It's not a higher grade of steel, merely a "different" grade. All that extra chromium and nickel simply means that it has better resistance to corrosion and pitting than 316L and that it is a more heat treatable steel to harden, to be used in dies, punches, bending and blanking equipment. So in fact, 904L is a "tool steel" much like how Rolex were first made to be "tool watches". 904L steel is only more expensive because it is not as popular in general application as 316L. 

Nickel chunk (from Wikipedia)

Chromium crystal and 1cm3 cube (from Wikipedia)

So what about everyday wear as divers' watches? Well 316L is not actually designed for continuous submersion in sea water. But that's not to say it's not any good. It is still extremely resistant to corrosion, nearly impervious to atmospheric and other mild corrosive agents,  and it is more than adequate for things like boat railing and exposure to sea water spray.

So would this mean that if you really wanted to go diving, you'd strap a Rolex to your wrist? Unless you're planning to dive into sulfuric acid or sodium hydroxide, it won't make a lick of difference. Plus, the seals, the movement, and most importantly, your body, would've dissolved long before that.

Molybdenum in crystalline fragment and 1 cm3 cube (from Wikipedia)

Also, how many people that wear a diving watch actually go diving with it? I think the amount of sea water most of these diving watches see are in publicity shots and perhaps at events. Watchnerds don't jokingly refer to their watches as "desk divers" for nothing!

The Omega Seamaster Chronograph Divers watch uses 316L steel

You must also keep in mind that the increased amounts of nickel and chromium and whatnot that reduce the susceptibility to corrosion and pitting only occur at high temperatures (for example, boiling concentrated nitric acid), which is not very likely in an ocean anyway.

So, at the end of the day, as long as you rinse your watch off with fresh water after a dive, or, if your sweat happens to be particularly acidic, rinse the watch every so often, she'll be right mate.

However, the higher content of nickel in 904L may lead to an allergic reaction on some people. Something to think about… (edit- according to @L_Horloger most of the nickel in 904 is captive, and not free. There is more nickel able to react in the 316, so is worse for allergies)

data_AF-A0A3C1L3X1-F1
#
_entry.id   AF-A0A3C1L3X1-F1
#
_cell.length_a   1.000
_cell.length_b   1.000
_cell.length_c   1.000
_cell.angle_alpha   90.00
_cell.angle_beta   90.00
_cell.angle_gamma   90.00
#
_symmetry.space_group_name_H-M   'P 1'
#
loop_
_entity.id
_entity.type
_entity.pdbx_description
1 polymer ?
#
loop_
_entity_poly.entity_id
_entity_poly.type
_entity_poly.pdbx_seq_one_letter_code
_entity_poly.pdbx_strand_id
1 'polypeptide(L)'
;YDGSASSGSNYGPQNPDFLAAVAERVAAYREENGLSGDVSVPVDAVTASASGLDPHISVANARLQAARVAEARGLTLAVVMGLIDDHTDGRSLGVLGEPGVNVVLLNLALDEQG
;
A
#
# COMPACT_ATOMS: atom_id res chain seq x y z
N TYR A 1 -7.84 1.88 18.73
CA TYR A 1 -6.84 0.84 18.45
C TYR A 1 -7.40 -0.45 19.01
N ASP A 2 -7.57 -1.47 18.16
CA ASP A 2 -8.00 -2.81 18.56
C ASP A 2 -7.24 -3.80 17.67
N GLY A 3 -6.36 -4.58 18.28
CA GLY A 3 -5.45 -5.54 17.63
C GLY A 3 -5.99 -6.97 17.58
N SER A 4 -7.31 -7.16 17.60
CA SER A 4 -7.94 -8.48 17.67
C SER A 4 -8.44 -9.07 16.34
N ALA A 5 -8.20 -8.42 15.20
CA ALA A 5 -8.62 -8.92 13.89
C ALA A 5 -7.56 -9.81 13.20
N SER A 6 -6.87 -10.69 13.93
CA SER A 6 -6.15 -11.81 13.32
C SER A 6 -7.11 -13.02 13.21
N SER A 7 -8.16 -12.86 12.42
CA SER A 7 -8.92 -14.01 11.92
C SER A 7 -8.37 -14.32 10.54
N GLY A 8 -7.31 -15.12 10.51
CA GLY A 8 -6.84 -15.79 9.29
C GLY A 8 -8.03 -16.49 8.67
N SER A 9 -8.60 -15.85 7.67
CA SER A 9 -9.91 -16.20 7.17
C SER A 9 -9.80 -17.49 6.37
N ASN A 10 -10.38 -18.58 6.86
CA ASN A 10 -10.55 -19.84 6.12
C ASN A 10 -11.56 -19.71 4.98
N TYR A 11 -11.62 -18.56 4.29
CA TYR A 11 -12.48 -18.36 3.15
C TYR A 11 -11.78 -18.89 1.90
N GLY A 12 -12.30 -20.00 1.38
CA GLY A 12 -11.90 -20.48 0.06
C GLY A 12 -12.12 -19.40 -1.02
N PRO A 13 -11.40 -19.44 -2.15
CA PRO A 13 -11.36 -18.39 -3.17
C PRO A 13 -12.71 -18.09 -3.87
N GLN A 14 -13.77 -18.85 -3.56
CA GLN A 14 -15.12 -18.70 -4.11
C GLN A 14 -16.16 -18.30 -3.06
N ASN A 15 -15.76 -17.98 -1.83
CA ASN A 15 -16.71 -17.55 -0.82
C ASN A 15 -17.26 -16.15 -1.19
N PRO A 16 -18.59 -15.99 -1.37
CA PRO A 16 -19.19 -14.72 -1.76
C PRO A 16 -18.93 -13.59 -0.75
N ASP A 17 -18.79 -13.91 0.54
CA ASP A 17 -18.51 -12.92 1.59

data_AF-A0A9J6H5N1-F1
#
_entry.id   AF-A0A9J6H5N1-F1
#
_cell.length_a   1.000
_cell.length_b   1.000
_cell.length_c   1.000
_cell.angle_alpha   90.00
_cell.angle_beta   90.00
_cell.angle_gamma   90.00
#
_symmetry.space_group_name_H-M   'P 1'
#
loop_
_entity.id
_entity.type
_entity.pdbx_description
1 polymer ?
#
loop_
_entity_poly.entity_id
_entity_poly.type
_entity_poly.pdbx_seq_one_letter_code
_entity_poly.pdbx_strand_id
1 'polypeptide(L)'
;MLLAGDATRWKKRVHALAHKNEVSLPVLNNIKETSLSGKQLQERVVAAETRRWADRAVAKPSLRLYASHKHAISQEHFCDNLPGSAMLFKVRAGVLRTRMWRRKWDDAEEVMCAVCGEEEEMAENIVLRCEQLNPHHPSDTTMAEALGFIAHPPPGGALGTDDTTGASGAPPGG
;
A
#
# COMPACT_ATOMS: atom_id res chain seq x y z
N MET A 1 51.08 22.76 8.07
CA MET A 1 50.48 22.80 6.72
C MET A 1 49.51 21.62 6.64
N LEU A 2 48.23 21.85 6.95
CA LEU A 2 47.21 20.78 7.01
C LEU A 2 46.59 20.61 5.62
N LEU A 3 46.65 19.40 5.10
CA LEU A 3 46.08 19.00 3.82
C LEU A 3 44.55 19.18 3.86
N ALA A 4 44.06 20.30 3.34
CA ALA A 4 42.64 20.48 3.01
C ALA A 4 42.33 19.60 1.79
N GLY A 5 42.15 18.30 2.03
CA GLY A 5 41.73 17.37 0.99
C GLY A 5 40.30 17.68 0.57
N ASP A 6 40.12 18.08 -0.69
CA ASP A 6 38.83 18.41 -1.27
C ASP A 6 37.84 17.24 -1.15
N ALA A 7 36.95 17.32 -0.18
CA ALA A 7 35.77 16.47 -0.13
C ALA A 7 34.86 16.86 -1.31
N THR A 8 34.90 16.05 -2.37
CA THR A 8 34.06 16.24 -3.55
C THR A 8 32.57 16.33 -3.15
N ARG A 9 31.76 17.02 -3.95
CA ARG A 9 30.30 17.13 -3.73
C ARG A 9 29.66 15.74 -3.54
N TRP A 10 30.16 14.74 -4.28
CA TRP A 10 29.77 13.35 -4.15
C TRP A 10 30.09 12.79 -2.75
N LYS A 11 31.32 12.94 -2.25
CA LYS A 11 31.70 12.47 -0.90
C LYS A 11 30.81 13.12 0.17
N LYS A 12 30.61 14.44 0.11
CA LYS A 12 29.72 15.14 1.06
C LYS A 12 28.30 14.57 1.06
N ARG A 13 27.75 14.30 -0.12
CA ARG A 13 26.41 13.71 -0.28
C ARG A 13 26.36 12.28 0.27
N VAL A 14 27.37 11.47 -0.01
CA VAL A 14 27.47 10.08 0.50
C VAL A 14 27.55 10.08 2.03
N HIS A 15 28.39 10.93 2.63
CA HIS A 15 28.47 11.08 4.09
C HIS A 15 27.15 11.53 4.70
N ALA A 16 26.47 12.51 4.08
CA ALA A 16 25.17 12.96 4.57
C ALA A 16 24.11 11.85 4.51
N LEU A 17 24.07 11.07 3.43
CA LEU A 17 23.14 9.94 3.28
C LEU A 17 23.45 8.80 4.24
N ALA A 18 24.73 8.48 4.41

The Rolex Submariner Divers watch uses 904L steel

To finish off, here’s a little comparison of different materials used on diver's watches and their resistance to pitting :

The unit of measurement is PRE (Pitting Resistance Equivalent) - obviously the higher the number the better.

32 PRE (or higher) is considered as salt water resistant.

316L has a value of 24 PRE
904L has a value of 35 PRE


Saturday, August 20, 2011

Panamera Flieger 47

Pilots’ watches, whether they be B-Uhr heritage fliegers from the ‘knowns’ or one of the plethora of small brands which you only hear about through word of mouth or on watch fora, are one of the constants in the watch world. There are more fads than you can shake the proverbial stick at, but there will always be a healthy interest in these watches.

One of the ‘unknowns’ that I’ve come across recently is a brand called 'Panamera'. Not the Porsche Panamera, though they have produced a line of watches of this name, but a brand that is actually made by a German brand called Haemmer, which was established in 2008. Under their own brand (they call themselves “the brand for oversized watches") they seem to produce watches very similar to those made by TW Steel and UBoat.

Panamera, in addition to being a bit cheaper than Haemmer, are actually more attractive watches to my mind, though they too are similar, design wise, to other brands/ models.

Meet the Panamera Flieger 47.

Thursday, August 18, 2011

Tech Talk No.1 : PVD vs DLC

(Obviously this is a topic regularly discussed in various fora, but I've trawled through a lot of them and summed it all up here, making it easier for you!)

Black watches are all the rage these days and they're really cool and stealthy. But have you ever wondered what that black stuff is? It could be simple black paint, to ceramic, and somewhere in between. The most common, however, is PVD...Or is it DLC?

I think that there are many of us who are either confused or aren't quite sure of the definition of PVD and/ or DLC. These terms seem to be interchangeable, and both are used to refer to watches with a black coloured coating. So, exactly which is which and how do we tell them apart?

Read on…

PVD is a general term encompassing many different type of coating, DLC is one of these types of coating.

For example, if we are talking about DLC, then DLC is the material and PVD is the process of applying it. Think of it as this: PVD is the brush, and DLC is the paint.

The process used by Penn State University

Here are some definitions:

PVD (Physical Vapor Deposition) is the method used to deposit thin layers of material (e.g. DLC) by condensation of vapor in a high temperature and vacuum environment.